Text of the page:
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Mesh, Nodes, and Ants
Jon Lebkowsky, 9 Aug 05

Mesh networks are self-healing wireless networks built many nodes where you can make connections and work around blockages by hopping from node to node. Many forward-looking wireless advocates will tell you that mesh networks are the wave of the wireless future; Jason Pontin in MIT Technology Review discusses why: "Mesh networks are self-healing: if any node fails, another will take its place. They are anonymous: nodes can come and go as they will. They are pervasive: a mobile node rarely encounters dead spots, because other nodes route around objects that hinder communication. Meshes are cheap, efficient, and simple." He goes on to say that "I believe that the most intriguing aspect of mesh networks is their cybernetic qualities. That is, mesh networks are adaptive systems that resemble biological systems...." He refers to a paper, "AntHocNet: An Adaptive Nature-Inspired Algorithm for Routing in Mobile Ad Hoc Networks," by Gianni Di Caro, Frederick Ducatelle and Luca Maria Gambardella, that presents an algorithm for routing mesh networks (here called "mobile ad hoc networks") that "is based on the Nature-inspired Ant Colony Optimization framework." Pontin notes that "Ant colonies suggest how apparently intelligent behavior can emerge from a few fairly simple rules," and wonders whether "mesh networks will promote new technologies that possess some of the properties of emergent intelligence?"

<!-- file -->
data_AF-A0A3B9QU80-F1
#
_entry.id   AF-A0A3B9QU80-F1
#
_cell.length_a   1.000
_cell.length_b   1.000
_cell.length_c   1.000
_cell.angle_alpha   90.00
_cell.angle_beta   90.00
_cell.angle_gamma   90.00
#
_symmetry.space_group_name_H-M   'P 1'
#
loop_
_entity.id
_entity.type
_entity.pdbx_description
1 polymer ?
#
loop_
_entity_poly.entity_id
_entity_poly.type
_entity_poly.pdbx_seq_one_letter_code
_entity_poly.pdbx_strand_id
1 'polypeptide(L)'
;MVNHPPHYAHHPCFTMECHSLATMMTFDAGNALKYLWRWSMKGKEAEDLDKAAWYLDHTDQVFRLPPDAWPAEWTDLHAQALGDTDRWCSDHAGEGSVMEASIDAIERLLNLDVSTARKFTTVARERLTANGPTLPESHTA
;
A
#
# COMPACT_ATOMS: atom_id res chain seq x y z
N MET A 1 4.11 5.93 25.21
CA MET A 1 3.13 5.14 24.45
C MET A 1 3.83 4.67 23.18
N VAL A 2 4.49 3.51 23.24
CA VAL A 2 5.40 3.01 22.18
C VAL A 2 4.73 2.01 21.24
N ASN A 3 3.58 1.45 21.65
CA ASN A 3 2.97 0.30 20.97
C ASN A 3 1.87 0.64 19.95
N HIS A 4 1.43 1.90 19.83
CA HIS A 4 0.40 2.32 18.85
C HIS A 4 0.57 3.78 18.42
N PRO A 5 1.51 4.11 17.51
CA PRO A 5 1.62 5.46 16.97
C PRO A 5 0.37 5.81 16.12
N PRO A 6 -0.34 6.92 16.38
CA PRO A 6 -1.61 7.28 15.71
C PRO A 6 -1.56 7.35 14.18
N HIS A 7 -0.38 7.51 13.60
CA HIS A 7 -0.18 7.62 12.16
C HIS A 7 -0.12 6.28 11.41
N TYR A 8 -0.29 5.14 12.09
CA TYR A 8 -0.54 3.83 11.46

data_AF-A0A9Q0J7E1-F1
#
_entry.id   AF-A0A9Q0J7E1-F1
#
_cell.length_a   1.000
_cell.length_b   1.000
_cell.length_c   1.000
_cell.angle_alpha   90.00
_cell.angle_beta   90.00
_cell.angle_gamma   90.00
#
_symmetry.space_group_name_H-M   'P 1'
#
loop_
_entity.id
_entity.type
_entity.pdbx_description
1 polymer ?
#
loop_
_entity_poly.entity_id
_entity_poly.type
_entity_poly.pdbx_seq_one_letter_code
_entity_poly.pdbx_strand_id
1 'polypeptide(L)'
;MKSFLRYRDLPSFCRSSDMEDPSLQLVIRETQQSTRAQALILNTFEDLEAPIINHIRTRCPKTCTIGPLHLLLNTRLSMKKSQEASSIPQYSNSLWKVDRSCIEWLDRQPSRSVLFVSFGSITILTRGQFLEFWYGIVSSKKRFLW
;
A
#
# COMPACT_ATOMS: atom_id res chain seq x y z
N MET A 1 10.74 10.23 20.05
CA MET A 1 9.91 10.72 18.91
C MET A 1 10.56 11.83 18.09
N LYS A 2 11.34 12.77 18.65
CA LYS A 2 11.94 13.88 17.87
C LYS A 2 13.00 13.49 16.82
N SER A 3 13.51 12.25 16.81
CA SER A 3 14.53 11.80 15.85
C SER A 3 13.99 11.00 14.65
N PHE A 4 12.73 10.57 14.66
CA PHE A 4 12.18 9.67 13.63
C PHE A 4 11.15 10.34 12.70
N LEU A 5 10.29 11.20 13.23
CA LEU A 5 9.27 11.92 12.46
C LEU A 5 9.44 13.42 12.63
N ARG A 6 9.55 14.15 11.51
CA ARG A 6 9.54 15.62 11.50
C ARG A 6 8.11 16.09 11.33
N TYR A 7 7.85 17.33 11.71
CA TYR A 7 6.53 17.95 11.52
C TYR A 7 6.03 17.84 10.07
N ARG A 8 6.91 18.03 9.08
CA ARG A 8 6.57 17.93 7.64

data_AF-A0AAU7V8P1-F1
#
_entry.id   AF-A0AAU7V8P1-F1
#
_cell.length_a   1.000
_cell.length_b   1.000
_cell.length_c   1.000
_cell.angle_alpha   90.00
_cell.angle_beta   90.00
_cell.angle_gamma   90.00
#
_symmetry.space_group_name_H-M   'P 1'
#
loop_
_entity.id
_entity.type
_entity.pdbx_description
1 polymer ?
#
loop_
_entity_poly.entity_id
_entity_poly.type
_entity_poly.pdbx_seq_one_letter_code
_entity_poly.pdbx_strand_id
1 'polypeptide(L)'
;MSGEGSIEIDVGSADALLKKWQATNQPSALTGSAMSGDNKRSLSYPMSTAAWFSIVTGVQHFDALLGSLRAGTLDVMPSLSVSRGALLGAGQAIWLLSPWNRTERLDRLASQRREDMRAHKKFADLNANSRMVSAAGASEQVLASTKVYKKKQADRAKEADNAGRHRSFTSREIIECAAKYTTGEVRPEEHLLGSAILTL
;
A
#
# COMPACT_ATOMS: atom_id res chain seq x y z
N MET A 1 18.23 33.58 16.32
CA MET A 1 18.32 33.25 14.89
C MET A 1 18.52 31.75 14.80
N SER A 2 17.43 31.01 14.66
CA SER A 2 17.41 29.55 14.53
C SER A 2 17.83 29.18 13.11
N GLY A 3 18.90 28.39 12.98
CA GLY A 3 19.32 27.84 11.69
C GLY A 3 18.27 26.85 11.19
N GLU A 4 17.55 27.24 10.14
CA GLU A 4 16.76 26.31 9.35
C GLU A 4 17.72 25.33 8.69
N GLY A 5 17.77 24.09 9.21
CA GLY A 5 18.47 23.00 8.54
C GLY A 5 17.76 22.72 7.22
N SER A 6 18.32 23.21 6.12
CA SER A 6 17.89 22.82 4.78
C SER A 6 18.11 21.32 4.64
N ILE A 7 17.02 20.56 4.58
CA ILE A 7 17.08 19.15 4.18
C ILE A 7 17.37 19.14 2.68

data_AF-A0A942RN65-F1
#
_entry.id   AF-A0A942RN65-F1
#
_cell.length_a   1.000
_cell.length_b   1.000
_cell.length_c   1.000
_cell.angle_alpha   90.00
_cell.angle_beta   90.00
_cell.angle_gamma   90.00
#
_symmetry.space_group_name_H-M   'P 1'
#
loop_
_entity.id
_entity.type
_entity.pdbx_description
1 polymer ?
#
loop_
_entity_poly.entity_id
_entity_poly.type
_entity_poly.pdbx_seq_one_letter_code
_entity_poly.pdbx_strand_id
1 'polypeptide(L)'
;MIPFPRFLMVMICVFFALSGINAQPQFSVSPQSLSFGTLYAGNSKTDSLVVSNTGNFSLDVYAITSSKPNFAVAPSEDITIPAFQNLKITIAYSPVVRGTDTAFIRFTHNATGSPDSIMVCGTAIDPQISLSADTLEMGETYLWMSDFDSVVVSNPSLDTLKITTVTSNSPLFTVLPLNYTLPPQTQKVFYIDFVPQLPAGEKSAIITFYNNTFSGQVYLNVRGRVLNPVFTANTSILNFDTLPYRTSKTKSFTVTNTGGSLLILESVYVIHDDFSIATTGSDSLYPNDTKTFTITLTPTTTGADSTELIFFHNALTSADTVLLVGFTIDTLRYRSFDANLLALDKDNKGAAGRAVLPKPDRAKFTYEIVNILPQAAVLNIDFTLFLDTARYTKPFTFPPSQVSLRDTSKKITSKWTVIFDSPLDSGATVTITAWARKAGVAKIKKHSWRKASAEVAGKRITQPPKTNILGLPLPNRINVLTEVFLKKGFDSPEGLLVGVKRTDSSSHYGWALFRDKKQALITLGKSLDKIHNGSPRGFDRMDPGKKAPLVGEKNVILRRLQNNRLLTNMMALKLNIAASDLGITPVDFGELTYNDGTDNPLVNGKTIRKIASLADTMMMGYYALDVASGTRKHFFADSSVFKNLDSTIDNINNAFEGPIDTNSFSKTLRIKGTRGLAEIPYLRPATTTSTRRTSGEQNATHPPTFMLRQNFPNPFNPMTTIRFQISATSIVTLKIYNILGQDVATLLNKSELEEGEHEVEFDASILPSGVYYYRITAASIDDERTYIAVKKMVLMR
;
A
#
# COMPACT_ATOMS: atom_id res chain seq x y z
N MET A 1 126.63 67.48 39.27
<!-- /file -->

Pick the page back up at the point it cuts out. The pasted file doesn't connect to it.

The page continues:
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I am hoping to use mesh networks based on Open Source software and cheap hackable wireless equipment here in Malawi (Africa). So far things are looking good. I am documenting the whole process on my blog. The most relevant articles are here:

If anybody else is doing something similar please get in touch!

Posted by: Mike on 9 Aug 05

Mike, you might want to take a look at a 'Pico Mesh Networks' posting here:

Posted by: Emeka Okafor on 9 Aug 05

[T]he most disruptive business impact of meshes will be this: telecommunications companies do not own them. Meshes profoundly diminish the organizations that own and manage communications backbones.
Spot on. Too many people already resent the cell companies practices, when a cheaper alternative comes they'll be switching in droves.

A friend of mine has 3 teenage daugthers. Their phone bills are ridiculous, but they keep calling and receiving calls during daytime hours.

Imagine a node that automatically "catches" the call and re-routes it through a land line (effectively turning their cell into a portable home phone). He and tens of thousands of fathers (and mothers) in the same situation would rush out to spend the $200 for their node (about the cost it would be to build a node's equipment with the requirements from cuwireless).

It assumes a smart phone, but free node-to-node connections calls would be a strong incentives for the millions who spend $100/month on cell bills and generally get horrible customer service.

Posted by: Daniel Haran on 9 Aug 05

Does anyone know to what extent the electrical grid could be slowly transformed to a "mesh" network? Do all "nodes" need to be the same size or power?

Posted by: David Foley on 9 Aug 05

While this is at the application layer rather than the network layer, I believe the work being done with Distributed Hash Tables also grapples with a number of the same issues.

Posted by: Ethan Fremen on 10 Aug 05

With SKYPE and now google entering VOIP what phone is needed to make to the mobile phone companies obsolete.

Posted by: geoff digan on 24 Aug 05



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